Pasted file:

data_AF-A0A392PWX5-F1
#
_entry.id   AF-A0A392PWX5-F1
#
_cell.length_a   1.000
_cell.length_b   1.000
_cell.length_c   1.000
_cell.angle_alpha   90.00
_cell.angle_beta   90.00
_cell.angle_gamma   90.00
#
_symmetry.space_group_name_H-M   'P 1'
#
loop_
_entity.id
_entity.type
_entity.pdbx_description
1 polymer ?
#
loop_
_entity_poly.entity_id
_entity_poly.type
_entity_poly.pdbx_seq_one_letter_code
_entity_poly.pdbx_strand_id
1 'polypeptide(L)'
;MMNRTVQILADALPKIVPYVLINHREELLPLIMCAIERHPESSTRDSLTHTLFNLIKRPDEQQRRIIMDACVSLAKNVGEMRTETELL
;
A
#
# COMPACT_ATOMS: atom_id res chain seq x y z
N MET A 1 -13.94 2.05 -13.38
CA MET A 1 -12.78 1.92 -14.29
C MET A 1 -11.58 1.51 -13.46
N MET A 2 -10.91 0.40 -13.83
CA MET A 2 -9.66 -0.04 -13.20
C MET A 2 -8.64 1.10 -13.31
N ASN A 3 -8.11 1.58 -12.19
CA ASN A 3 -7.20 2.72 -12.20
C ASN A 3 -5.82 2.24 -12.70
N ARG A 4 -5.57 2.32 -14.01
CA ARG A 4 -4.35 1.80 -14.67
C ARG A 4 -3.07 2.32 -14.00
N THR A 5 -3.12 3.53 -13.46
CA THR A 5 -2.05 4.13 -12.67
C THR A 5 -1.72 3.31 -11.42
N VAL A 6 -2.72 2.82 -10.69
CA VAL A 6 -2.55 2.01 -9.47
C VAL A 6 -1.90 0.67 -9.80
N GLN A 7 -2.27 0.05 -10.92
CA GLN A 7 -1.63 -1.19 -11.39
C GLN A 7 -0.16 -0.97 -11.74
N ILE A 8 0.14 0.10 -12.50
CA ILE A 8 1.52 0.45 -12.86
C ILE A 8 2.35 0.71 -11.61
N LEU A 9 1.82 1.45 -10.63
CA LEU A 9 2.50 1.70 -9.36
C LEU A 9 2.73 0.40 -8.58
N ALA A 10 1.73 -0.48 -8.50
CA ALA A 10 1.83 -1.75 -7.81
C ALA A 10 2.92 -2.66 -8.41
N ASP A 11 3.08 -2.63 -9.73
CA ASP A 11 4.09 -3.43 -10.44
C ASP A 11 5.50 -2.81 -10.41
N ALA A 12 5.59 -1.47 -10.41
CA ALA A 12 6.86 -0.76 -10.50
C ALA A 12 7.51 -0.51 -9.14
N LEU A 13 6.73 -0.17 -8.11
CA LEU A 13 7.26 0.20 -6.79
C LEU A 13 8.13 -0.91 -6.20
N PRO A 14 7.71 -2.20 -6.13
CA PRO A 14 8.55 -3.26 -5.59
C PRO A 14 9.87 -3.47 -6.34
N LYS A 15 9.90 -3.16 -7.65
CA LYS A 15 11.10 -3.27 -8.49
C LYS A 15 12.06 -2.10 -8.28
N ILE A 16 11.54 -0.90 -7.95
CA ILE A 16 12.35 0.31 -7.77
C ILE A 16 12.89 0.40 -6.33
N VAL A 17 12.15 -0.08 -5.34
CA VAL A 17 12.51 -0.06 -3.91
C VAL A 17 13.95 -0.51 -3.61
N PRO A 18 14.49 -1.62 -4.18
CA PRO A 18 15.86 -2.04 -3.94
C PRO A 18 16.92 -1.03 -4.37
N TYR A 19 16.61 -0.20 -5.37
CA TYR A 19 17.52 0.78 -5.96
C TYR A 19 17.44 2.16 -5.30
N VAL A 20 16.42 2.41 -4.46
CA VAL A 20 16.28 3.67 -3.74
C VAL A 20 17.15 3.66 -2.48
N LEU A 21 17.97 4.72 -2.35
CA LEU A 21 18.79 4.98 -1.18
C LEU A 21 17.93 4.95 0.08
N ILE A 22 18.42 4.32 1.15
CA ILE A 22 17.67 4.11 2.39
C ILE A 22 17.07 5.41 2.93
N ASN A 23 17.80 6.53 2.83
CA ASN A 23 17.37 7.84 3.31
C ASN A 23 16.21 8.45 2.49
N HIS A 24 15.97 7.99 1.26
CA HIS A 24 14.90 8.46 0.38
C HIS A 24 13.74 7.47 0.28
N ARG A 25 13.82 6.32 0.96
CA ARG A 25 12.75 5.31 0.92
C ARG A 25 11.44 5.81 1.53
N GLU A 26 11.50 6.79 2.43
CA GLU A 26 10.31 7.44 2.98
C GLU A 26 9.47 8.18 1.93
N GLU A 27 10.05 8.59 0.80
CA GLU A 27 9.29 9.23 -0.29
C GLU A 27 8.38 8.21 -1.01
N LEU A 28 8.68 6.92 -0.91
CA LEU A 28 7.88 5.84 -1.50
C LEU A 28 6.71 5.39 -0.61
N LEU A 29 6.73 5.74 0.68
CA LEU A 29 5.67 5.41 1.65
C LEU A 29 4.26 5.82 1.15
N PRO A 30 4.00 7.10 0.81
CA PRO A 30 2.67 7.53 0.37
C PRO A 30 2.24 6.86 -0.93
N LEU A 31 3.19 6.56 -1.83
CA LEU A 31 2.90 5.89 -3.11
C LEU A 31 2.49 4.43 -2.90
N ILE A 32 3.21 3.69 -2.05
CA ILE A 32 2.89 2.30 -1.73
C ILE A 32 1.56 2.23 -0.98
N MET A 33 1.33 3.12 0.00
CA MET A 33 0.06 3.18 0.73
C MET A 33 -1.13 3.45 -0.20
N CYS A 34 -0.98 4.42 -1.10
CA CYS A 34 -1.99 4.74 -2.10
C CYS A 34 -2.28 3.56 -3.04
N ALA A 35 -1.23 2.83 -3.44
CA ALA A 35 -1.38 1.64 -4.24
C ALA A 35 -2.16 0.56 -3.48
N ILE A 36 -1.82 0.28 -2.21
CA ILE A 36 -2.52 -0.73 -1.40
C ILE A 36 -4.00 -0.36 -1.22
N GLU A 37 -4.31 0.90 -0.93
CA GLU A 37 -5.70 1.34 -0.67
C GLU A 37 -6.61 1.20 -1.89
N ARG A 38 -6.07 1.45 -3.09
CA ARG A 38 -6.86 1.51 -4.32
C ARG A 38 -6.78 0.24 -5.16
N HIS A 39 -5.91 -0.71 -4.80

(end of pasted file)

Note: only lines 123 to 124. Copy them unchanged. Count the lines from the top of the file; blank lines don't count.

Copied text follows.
C LEU A 31 2.49 4.43 -2.90
N ILE A 32 3.21 3.69 -2.05